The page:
Streamers on National Guard unit flags in Md. and Va. may be pulled

Recommendations from The Naming Commission could remove campaign streamers from Maryland and Virginia National Guard unit flags.

The panel was commissioned by, and makes recommendations to, Congress about naming, renaming and removing “all Department of Defense items that commemorate the Confederate States of America or any person who served voluntarily with the Confederate States of America.”

Streamers are decorations attached to military flags that recognize campaigns and battles fought by the unit throughout its history. The commission last month recommended that any streamer representing a Civil War engagement where the unit fought for the Confederacy be removed.



Retired Navy Adm. Michelle J. Howard, the chair of the Naming Commission, last month sent a letter to leading members of the House and Senate Armed Services committees. “Forty-eight Army units have at least one Confederate campaign streamer; a total of 457 Confederate streamers are presently authorized,” Howard wrote. “Those 457 Confederate battle streamers would no longer be authorized.”

The recommendation would rescind a 1949 exception to Army regulations that permitted the flying of Confederate streamers on unit flags.

One Maryland National Guard unit and 12 from Virginia would be affected by the recommendation. Most of those units served in at least five campaigns from the Civil War.

Below are units that would be affected:

Maryland
  • 7 streamers for the 175th Infantry Regiment, based in Dundalk.
Virginia
  • 10 streamers for HHC, 429th Support Battalion, in Danville.
  • 9 streamers for 229th Engineer Battalion, in Fredericksburg.
  • 13 streamers for Battery A, 1st Battalion, 111th Field Artillery Regiment, in Hanover.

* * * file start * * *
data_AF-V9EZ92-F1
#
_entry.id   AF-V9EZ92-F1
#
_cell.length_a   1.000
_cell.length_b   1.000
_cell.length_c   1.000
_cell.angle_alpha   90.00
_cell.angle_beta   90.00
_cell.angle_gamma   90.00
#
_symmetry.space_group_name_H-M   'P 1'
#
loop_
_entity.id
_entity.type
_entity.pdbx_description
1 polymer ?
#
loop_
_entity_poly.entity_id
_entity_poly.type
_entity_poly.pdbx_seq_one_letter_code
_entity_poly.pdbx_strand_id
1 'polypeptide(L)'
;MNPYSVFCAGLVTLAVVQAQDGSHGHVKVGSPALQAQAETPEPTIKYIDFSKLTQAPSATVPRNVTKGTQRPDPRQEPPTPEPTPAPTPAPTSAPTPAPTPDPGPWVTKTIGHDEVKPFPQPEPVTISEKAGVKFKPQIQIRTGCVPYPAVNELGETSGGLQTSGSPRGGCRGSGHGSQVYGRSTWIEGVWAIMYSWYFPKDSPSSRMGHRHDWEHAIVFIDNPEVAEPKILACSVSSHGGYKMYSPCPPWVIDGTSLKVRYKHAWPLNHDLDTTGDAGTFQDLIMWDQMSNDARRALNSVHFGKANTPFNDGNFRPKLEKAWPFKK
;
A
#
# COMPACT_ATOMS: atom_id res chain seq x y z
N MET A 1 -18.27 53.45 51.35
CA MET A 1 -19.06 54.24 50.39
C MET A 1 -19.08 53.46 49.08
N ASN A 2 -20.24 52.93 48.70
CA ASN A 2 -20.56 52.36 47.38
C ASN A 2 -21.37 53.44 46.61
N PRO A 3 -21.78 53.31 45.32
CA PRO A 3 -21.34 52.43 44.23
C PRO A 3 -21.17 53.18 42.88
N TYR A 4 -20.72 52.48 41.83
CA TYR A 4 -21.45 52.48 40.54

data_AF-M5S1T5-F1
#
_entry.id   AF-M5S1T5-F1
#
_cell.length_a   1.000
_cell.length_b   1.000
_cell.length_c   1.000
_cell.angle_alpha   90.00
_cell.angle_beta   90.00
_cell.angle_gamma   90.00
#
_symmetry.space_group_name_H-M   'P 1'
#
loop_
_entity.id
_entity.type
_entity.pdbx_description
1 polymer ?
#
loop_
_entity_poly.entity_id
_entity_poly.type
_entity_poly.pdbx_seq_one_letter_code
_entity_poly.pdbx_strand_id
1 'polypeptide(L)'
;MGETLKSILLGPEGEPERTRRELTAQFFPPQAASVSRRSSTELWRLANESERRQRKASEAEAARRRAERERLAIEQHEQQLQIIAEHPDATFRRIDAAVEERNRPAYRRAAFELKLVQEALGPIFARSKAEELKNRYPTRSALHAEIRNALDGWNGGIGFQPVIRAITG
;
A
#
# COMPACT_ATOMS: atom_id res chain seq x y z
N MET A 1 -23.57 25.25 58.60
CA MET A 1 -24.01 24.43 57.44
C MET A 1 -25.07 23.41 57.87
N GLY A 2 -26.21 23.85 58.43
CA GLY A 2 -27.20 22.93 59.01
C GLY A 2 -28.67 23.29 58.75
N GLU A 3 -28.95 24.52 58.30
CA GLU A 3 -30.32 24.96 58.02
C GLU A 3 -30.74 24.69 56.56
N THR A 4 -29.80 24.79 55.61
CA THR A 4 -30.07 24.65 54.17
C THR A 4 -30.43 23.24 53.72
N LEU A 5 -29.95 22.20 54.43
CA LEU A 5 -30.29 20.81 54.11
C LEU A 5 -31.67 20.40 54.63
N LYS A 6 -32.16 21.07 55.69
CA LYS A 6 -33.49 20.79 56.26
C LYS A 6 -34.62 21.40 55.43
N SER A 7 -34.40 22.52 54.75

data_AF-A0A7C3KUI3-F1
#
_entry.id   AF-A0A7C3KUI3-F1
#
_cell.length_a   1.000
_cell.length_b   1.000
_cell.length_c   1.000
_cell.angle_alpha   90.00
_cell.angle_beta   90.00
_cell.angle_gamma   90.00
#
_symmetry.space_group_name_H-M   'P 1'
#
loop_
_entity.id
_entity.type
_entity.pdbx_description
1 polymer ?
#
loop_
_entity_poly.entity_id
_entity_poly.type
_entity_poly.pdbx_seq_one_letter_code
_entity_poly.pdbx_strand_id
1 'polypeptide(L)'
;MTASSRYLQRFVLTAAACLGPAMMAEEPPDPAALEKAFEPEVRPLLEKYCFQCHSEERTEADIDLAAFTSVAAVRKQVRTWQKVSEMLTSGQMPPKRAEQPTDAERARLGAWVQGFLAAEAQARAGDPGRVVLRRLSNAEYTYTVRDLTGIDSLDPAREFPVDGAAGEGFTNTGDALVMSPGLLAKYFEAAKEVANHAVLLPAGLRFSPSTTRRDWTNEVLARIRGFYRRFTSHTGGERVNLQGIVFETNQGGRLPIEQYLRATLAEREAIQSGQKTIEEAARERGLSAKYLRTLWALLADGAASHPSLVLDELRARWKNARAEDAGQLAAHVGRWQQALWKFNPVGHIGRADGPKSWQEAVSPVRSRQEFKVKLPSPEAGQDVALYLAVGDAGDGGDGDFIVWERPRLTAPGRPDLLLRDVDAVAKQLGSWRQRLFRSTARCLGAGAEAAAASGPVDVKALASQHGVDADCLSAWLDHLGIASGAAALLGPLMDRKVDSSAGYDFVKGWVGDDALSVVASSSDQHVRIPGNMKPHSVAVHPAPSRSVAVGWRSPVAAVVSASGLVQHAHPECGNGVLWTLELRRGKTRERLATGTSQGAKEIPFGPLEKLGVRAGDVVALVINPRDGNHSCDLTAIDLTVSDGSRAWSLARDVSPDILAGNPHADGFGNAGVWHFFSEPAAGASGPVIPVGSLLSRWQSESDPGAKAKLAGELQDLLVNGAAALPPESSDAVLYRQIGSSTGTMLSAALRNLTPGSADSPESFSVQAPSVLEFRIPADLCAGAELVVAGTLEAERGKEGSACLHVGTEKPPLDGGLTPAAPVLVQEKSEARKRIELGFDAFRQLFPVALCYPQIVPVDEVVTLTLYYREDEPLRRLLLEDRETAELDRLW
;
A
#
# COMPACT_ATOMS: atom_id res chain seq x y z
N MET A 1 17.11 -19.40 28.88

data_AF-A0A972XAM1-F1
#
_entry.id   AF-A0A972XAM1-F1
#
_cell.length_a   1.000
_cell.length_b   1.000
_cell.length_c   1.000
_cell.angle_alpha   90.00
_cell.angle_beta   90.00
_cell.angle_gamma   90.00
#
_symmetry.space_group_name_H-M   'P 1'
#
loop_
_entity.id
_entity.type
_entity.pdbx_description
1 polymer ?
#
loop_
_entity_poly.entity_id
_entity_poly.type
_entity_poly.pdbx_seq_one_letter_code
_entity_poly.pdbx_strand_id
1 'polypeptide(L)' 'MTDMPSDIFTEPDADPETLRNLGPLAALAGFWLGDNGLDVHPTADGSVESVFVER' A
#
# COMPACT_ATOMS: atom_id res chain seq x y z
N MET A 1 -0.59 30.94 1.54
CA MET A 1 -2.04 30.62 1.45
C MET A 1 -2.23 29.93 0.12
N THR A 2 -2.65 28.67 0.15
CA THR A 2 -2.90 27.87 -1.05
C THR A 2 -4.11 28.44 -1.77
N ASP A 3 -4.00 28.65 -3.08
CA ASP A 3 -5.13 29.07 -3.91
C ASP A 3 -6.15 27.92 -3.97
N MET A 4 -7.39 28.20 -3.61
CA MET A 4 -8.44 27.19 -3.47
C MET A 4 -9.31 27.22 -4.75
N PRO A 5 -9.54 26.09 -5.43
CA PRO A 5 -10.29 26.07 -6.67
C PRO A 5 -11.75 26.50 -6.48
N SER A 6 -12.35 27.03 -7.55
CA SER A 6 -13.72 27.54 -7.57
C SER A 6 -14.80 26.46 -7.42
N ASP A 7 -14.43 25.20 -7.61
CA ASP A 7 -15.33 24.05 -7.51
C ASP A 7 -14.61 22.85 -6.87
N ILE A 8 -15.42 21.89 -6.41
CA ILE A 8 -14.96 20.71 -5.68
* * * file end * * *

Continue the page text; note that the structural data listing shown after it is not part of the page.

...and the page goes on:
• 13 streamers for 116th Infantry Regiment, in Lynchburg.
  • 13 streamers for 229th Military Police Company, in Manassas.
  • 10 streamers for 111th Field Artillery Regiment, in Norfolk.
  • 5 streamers for Battery B, 1st Battalion, 111th Field Artillery Regiment, in Norfolk.
  • 17 streamers for 276th Engineer Battalion, in Petersburg.
  • 5 streamers for HHT, 2d Squadron, 183d Cavalry Regiment, in Portsmouth.
  • 24 streamers for 180th Engineer Company, in Powhatan.
  • 5 streamers for 224th Aviation Regiment, in Sandston.
  • 11 streamers for HHC, 116th Brigade Combat Team, 29th Infantry Division, in Staunton.

In other recommendations, the commission said the insignia for the Virginia National Guard’s 29th Infantry Division, based in Fort Belvoir, should be kept. It features a blue and grey yin and yang-like symbol still worn as a shoulder patch by the U.S. Army’s 29th Infantry soldiers. The division was founded during World War I and was composed of men from both the North, represented by blue and the South, represented by gray.

“The description language should be modified to reflect the rich history of the 29th, with focus on the unification of American citizens through service in the 29th,” Howard wrote. “The Community of the 29th ID indicates that they view the symbol as a unifying symbol for America and is imbued with the sacrifices and service of past 29th ID members.”

In response to that decision, Maj. Gen. Timothy P. Williams, the Adjutant General of Virginia, said in a statement, “We applaud the decision of the Naming Commission to recommend the 29th Infantry Division patch symbol remain unchanged, and the Virginia National Guard will work with the U.S. Army Institute of Heraldry on any appropriate modifications to the descriptive language.”

Luke Lukert

Since joining WTOP Luke Lukert has held just about every job in the newsroom from producer to web writer and now he works as a full-time reporter. He is an avid fan of UGA football. Go Dawgs!

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